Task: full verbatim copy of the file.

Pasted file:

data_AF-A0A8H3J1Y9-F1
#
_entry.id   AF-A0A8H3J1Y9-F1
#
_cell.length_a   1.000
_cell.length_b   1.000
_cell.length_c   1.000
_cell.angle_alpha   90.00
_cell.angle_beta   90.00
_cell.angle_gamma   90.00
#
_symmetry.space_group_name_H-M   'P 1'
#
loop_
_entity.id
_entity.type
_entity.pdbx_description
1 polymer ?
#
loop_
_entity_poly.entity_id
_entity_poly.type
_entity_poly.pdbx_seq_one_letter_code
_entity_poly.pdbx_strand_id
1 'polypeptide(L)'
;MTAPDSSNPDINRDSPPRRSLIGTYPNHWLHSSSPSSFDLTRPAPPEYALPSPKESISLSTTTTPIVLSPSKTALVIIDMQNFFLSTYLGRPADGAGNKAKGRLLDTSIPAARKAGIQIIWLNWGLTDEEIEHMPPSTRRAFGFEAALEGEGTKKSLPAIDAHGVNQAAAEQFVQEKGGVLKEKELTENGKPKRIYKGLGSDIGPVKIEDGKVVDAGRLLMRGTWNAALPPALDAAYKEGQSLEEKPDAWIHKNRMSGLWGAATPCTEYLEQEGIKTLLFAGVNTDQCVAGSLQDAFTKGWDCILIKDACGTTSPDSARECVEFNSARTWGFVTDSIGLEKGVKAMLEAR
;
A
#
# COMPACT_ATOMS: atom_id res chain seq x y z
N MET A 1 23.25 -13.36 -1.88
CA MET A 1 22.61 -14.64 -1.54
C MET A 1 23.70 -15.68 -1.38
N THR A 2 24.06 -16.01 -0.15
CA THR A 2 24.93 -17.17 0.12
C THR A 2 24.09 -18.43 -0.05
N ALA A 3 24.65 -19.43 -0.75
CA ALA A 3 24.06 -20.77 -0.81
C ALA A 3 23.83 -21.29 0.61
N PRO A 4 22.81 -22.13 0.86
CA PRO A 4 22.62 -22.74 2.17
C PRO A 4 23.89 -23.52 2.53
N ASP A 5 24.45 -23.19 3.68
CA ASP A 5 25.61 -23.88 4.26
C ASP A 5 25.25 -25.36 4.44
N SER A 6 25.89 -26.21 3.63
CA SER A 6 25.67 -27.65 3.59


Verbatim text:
data_AF-A0A8H3J1Y9-F1
#
_entry.id   AF-A0A8H3J1Y9-F1
#
_cell.length_a   1.000
_cell.length_b   1.000
_cell.length_c   1.000
_cell.angle_alpha   90.00
_cell.angle_beta   90.00
_cell.angle_gamma   90.00
#
_symmetry.space_group_name_H-M   'P 1'
#
loop_
_entity.id
_entity.type
_entity.pdbx_description
1 polymer ?
#
loop_
_entity_poly.entity_id
_entity_poly.type
_entity_poly.pdbx_seq_one_letter_code
_entity_poly.pdbx_strand_id
1 'polypeptide(L)'
;MTAPDSSNPDINRDSPPRRSLIGTYPNHWLHSSSPSSFDLTRPAPPEYALPSPKESISLSTTTTPIVLSPSKTALVIIDMQNFFLSTYLGRPADGAGNKAKGRLLDTSIPAARKAGIQIIWLNWGLTDEEIEHMPPSTRRAFGFEAALEGEGTKKSLPAIDAHGVNQAAAEQFVQEKGGVLKEKELTENGKPKRIYKGLGSDIGPVKIEDGKVVDAGRLLMRGTWNAALPPALDAAYKEGQSLEEKPDAWIHKNRMSGLWGAATPCTEYLEQEGIKTLLFAGVNTDQCVAGSLQDAFTKGWDCILIKDACGTTSPDSARECVEFNSARTWGFVTDSIGLEKGVKAMLEAR
;
A
#
# COMPACT_ATOMS: atom_id res chain seq x y z
N MET A 1 23.25 -13.36 -1.88
CA MET A 1 22.61 -14.64 -1.54
C MET A 1 23.70 -15.68 -1.38
N THR A 2 24.06 -16.01 -0.15
CA THR A 2 24.93 -17.17 0.12
C THR A 2 24.09 -18.43 -0.05
N ALA A 3 24.65 -19.43 -0.75
CA ALA A 3 24.06 -20.77 -0.81
C ALA A 3 23.83 -21.29 0.61
N PRO A 4 22.81 -22.13 0.86
CA PRO A 4 22.62 -22.74 2.17
C PRO A 4 23.89 -23.52 2.53
N ASP A 5 24.45 -23.19 3.68
CA ASP A 5 25.61 -23.88 4.26
C ASP A 5 25.25 -25.36 4.44
N SER A 6 25.89 -26.21 3.63
CA SER A 6 25.67 -27.65 3.59